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Pushing it back: depth and repoussoir 2
In the first article of this pair yesterday, I explained and showed how trees to one side of the foreground of a painting strengthen the cues for depth, a compositional technique known as repoussoir, pushing back. This had become quite widely used by the end of the eighteenth century,... Read more
Medium Well Done: 9 Ink and casein
Since ancient times, writing, drawing and paintings have been made using pigments and/or dyes in water, often without any binder as such. These are generically inks, which don’t conform to other media such as watercolours or the temperas. The most common among them is India ink, whose essential ingredients... Read more
Book Review: Samuel Palmer, William Vaughan
“Samuel Palmer. Shadows on the Wall” William Vaughan Yale UP, 5 June 2015 (US: 4 Aug 2015) Hardback, 26 x 29.7 cm (10.2 x 11.7 in), 12+412 pp., £50.00/$85.00 ISBN 978 0 300 20985 3 Not available for Kindle nor in the iTunes Store. Samuel Palmer (1805-81) was one... Read more
Landscape Visions: 1 What’s in your landscape?
Although not one of the more valued genres, landscape painting became enormously popular in the nineteenth century, both among artists and their public. The Impressionists were, first and foremost, landscape painters; even Renoir, purveyor of protruberant nudes to the trendier gentry, felt it necessary to paint dozens of canvases... Read more
Landscape Visions: 5 Vision beyond
The final type of landscape painting which is often lumped with the Burkean sublime is that in which the artist’s internal (or ‘higher’) vision starts to become dominant: most obviously in the ‘Romantic’. These Romantic visions might include the truly Burkean sublime, as they did for John Martin and... Read more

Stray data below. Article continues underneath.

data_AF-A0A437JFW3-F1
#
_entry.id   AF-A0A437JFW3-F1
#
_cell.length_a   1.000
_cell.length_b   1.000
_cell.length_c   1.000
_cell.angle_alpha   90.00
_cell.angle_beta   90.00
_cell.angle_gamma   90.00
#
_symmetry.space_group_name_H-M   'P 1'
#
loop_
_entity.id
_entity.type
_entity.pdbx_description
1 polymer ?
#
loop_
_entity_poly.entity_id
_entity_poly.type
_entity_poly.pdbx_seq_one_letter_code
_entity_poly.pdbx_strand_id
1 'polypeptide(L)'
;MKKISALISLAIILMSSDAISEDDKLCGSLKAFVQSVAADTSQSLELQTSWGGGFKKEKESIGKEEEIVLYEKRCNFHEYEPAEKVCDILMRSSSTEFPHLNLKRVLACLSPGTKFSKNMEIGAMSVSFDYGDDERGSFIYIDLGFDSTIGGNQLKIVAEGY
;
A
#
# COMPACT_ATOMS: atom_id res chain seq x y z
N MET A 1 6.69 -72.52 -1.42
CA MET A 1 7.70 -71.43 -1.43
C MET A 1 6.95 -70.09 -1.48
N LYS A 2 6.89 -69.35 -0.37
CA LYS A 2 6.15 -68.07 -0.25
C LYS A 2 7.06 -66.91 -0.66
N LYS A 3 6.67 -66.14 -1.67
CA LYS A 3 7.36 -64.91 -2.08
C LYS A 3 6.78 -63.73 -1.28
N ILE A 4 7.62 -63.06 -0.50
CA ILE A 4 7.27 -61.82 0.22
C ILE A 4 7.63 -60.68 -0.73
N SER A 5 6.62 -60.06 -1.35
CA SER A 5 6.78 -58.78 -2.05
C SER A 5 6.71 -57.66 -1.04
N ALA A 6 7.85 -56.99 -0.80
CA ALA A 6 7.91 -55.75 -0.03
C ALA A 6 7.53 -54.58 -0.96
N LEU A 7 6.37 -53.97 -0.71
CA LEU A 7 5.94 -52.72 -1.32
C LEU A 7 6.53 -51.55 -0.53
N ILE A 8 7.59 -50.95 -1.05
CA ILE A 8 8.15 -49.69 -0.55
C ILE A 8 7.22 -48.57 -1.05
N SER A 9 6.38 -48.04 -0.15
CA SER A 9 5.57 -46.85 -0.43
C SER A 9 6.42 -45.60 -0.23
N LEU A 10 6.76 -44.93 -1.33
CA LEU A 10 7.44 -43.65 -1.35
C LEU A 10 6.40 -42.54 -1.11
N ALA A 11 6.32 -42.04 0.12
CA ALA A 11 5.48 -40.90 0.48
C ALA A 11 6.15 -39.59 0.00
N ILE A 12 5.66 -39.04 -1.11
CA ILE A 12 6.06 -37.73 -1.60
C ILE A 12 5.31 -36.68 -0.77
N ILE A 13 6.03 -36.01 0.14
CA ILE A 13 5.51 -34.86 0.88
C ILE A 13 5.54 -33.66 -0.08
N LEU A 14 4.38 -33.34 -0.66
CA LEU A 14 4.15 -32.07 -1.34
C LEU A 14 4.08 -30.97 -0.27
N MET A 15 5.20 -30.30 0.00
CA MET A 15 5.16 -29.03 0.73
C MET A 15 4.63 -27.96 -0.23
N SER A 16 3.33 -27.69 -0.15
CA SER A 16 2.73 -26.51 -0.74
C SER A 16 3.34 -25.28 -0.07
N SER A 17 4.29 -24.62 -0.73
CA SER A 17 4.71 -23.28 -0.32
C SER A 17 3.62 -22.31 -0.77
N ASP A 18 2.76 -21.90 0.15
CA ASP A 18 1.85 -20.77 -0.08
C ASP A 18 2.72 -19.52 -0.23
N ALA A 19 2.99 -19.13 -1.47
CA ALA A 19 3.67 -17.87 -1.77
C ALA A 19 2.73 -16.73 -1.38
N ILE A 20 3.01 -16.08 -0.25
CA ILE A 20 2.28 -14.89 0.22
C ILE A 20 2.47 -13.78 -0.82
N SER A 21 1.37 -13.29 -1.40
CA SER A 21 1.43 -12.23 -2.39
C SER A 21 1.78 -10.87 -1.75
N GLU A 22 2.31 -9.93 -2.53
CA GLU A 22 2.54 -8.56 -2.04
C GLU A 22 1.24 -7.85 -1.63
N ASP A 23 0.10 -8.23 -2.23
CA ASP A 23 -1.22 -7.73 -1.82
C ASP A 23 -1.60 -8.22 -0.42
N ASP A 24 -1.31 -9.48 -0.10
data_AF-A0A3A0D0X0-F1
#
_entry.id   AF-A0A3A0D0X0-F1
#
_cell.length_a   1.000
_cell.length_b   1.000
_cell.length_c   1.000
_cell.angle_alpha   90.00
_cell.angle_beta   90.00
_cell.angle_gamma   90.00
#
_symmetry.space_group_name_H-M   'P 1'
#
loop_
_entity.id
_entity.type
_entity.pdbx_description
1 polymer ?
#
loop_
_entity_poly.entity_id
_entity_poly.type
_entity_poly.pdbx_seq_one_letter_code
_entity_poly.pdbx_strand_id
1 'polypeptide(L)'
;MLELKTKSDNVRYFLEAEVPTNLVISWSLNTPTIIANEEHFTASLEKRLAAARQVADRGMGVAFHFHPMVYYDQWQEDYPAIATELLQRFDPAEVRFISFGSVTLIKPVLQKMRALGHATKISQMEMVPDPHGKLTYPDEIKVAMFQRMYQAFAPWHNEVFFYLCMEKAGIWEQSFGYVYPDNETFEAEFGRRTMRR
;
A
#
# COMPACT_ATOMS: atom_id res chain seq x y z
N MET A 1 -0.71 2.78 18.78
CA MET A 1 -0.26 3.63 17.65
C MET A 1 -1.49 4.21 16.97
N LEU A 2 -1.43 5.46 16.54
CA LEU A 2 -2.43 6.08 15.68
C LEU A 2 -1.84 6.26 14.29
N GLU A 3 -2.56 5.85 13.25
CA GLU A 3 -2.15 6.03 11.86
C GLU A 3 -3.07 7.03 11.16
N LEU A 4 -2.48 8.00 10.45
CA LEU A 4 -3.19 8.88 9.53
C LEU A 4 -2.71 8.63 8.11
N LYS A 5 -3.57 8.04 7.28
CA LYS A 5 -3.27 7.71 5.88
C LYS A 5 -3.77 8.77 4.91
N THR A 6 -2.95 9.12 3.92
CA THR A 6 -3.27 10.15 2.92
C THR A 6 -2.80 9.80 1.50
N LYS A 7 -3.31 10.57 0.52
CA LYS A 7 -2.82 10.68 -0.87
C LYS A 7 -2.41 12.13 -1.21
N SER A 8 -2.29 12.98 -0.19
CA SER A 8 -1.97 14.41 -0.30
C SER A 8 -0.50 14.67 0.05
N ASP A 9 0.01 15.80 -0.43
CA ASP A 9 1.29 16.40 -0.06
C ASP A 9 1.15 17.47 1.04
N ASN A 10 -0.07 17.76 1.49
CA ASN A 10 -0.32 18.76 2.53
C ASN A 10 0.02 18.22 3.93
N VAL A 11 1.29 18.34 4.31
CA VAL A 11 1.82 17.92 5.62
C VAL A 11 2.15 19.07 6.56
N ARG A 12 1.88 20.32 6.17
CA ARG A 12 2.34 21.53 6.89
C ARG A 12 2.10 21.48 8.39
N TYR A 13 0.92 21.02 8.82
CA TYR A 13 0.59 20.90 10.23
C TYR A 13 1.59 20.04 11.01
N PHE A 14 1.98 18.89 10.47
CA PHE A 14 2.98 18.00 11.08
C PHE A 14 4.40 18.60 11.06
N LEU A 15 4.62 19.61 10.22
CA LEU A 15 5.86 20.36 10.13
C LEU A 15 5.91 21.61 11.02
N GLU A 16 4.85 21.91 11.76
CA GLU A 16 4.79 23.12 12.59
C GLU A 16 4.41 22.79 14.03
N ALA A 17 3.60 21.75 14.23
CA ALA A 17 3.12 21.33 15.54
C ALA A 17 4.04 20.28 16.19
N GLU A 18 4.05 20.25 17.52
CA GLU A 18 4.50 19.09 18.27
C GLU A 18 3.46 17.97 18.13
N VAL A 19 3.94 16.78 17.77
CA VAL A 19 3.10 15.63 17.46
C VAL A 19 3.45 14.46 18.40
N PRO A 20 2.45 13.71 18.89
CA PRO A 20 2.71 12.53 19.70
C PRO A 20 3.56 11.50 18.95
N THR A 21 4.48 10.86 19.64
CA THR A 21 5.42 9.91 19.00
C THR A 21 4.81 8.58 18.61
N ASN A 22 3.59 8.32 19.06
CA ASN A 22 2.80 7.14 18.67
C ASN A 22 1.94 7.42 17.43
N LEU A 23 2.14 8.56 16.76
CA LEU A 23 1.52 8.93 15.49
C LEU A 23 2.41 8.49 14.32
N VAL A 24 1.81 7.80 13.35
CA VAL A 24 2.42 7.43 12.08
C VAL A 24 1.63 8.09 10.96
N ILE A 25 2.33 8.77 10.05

Landscape Visions: 6 figures, staffage, and Advent Calendars
With their Renaissance roots as cameos or backgrounds to figurative paintings, landscapes slowly evolved to be ‘pure’ and unpopulated. What started as figures (+ miniature landscape) became figures in a landscape, then a landscape with figures, and finally just a landscape. From the left: Rogier van der Weyden (1450);... Read more
Trees in the landscape: 1. Introduction to the new series
Many of the finest landscape paintings consist of just three major elements: the sky, terrain, and trees. Some are little more than portraits of trees. In this new series of articles, I am going to concentrate on the depiction of trees by individual Western painters, where those trees form... Read more
The Story in Paintings: Moving panoramas for the masses
During the 1800s, most western cities increased greatly in size, and the scope for exploiting paintings for commercial gain increased concomitantly. The population of Paris grew from just over half a million in 1801 to nearer three million by 1901, and London grew from one million to nearly seven... Read more
The Story in Paintings: So what is a narrative painting?
Sometimes you use a term over which you think there is longstanding general agreement, only to discover that others have used it with very different meaning. This is a particular danger in fields in which the literature is very weak, as it is in narrative painting. This article re-examines... Read more
Tyger’s eye: the paintings of William Blake, 16 – A miscellany
This article considers some of Blake’s watercolours which I find particularly appealing or interesting, but which have so far not been covered properly in previous articles. I consider them in chronological order. William Blake (1757–1827), An Allegory of the Bible (c 1780–5), graphite, ink and watercolour on paper, 61.5... Read more